Experimental Treatment Seems to have Cured a HIV Patient
The human immunodeficiency virus (commonly known as HIV) has been puzzling scientists and medical researchers since it was first discovered in the early 1980s. So far, experts have created many types of treatments and medical products in an effort to combat it. Even though we have not yet managed to find a cure, most of the HIV patients of our time are able to live a normal life by taking specific drugs on a regular basis.
It is common knowledge that HIV is very difficult to cure. The reason behind this is its ability to “hide” in the DNA of healthy cells and remain dormant there for a large period of time. According to various studies, an HIV patient can have absolutely no symptoms for a few months up to a few years after the infection. This fact, combined with a few mutations of the virus that can happen in a very short period of time, can make HIV impossible to eradicate completely. This is why the best thing we have managed to achieve so far is keep the number of infected cells “in check” by administering special drugs. However, this may soon change.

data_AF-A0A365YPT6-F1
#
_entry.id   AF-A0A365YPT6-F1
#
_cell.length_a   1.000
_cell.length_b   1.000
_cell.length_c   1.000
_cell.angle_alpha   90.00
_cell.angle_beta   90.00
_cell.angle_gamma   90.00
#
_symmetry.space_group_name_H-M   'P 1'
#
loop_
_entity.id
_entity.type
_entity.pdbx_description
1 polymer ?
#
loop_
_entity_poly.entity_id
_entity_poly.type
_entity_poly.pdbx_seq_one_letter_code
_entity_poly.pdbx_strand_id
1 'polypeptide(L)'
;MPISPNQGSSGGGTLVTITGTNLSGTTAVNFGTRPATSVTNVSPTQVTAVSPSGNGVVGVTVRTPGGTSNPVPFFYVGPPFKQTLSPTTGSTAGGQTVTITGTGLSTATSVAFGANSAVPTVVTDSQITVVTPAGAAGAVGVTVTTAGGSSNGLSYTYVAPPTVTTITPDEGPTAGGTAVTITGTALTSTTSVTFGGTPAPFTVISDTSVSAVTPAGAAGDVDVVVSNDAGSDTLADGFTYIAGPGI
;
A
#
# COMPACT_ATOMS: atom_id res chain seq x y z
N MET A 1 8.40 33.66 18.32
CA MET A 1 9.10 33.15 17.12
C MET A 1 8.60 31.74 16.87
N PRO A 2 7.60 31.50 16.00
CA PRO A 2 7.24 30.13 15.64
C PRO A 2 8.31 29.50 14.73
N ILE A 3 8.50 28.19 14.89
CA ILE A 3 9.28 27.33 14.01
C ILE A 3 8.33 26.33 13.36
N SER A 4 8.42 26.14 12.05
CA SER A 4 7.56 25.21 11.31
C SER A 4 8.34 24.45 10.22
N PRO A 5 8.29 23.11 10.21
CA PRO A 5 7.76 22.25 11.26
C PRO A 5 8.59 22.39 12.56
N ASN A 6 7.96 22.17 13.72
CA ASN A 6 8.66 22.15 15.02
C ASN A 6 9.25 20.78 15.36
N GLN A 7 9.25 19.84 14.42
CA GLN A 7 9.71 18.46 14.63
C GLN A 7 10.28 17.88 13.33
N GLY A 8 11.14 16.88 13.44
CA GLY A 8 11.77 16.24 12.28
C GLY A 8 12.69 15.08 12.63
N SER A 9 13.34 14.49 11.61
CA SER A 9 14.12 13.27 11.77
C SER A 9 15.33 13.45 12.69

A team that includes members from 5 British universities plus the National Health Service of the United Kingdom appears to have achieved something unprecedented. A combination of two medical products seems to have managed to reduce the presence of HIV infected cells in the patient’s blood to absolute zero. The patient is one of fifty HIV positive volunteers who participate in this trial. He is the only one who has completed the essential procedure so far and the results look amazing.
Some of you must be wondering why there is reluctance in the announcement of such wonderful news. Even though it is a phenomenal breakthrough, the team members are not yet 100% sure that the virus has been completely destroyed because there are still significant levels of the anti-HIV drugs in the patient's bloodstream. An additional amount of time is required in order to discover if the treatment was indeed 100% successful or if the virus will eventually reappear.
This could be the first step towards one of the greatest medical advancements of modern medicine. But, no matter the result, we have to remain cautious and careful when dealing with such a sensitive issue. For now, using all the available means of protection against HIV is all that is required to avoid the infection and all the unpleasant consequences it brings.